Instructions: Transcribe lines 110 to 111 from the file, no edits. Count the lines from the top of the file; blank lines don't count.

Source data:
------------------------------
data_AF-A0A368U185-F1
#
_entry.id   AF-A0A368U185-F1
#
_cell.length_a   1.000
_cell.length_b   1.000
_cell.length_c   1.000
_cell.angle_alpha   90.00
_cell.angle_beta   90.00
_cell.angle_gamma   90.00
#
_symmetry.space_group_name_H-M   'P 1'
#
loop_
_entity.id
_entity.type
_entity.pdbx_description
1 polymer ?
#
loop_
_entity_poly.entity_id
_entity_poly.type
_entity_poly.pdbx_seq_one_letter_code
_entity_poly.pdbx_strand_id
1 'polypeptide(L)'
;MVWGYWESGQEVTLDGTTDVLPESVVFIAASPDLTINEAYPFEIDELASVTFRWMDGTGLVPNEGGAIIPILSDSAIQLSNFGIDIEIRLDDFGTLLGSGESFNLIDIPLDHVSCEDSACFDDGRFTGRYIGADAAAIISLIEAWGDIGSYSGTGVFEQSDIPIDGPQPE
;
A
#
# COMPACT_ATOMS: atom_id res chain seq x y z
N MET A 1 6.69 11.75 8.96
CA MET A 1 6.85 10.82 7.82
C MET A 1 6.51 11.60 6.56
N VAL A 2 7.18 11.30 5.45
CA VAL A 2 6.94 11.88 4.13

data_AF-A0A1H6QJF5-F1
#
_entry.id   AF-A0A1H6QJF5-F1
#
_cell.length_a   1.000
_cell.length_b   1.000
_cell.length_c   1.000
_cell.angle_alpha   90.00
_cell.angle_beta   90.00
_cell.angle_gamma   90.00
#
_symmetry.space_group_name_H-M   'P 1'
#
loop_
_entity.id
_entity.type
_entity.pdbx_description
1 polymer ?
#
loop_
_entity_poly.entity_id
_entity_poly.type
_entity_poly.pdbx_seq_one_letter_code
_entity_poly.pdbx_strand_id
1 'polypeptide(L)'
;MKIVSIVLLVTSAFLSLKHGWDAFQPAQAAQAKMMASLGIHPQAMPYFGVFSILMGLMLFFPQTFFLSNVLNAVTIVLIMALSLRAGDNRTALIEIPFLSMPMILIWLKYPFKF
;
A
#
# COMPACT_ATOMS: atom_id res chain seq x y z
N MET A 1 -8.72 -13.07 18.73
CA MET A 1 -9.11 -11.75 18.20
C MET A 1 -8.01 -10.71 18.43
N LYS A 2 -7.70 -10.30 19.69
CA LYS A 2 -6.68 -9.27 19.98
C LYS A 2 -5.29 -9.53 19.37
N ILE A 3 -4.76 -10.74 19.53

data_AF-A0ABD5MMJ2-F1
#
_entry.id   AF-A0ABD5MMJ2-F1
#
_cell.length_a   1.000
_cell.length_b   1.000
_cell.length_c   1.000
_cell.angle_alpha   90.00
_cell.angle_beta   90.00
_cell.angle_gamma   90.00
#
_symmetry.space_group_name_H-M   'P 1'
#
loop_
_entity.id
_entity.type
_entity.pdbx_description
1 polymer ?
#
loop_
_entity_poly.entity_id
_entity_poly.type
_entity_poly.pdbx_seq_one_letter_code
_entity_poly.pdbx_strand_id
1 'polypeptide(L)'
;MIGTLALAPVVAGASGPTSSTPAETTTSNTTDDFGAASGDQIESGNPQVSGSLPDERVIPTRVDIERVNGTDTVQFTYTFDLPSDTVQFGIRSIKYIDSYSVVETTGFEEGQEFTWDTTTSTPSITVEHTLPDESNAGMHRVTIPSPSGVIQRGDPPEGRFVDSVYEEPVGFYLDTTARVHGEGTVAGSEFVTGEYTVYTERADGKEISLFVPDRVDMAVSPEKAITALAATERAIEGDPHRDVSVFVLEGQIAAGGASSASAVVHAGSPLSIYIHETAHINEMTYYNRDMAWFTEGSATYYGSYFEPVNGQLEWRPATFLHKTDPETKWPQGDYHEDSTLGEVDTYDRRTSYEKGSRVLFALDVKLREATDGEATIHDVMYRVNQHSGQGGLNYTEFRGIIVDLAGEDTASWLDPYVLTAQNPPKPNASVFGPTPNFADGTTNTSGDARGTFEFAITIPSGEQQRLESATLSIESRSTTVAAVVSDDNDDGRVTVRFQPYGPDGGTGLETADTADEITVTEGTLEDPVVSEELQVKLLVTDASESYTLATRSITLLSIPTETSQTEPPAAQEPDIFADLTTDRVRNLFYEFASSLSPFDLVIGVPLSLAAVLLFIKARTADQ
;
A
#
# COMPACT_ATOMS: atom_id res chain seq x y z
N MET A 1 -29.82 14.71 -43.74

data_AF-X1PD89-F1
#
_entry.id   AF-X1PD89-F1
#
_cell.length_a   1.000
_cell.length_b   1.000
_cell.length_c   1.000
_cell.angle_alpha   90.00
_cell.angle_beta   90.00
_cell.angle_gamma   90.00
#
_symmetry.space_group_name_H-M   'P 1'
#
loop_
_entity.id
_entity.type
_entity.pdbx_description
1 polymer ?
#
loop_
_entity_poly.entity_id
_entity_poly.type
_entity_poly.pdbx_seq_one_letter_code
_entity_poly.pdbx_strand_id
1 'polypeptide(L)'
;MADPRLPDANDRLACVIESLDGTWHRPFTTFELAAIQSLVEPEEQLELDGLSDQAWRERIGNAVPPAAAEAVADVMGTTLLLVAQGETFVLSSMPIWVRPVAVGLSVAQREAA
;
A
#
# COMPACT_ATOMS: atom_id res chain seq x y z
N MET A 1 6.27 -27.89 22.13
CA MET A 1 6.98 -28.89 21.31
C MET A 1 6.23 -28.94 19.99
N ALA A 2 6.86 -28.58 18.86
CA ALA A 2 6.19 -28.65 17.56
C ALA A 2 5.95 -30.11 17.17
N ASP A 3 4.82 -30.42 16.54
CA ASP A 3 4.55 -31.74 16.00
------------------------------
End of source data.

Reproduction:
_cell.length_c   1.000
_cell.angle_alpha   90.00